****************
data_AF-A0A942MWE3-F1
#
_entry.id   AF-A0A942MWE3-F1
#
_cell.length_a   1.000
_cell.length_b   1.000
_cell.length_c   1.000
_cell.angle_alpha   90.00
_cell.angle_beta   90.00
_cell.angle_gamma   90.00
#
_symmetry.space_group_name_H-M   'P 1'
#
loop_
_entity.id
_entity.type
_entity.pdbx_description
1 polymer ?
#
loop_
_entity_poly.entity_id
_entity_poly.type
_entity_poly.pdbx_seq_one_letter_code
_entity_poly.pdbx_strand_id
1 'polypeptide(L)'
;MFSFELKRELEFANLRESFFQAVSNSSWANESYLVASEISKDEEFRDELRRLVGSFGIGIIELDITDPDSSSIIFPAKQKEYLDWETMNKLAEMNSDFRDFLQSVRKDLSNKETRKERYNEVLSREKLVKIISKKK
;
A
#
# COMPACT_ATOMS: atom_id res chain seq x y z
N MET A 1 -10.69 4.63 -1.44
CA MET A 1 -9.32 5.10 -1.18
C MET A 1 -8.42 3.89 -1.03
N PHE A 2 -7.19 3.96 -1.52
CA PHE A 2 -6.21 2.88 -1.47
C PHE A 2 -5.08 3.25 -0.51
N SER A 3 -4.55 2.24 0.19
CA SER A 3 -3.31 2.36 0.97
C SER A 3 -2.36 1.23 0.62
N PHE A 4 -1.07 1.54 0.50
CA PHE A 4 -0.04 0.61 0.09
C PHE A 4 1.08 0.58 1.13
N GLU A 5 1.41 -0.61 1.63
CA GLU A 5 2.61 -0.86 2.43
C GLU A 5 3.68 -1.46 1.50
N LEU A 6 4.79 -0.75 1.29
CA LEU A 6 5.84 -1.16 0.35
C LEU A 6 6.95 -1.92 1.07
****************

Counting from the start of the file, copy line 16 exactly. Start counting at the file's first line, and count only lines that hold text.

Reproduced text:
_entity.type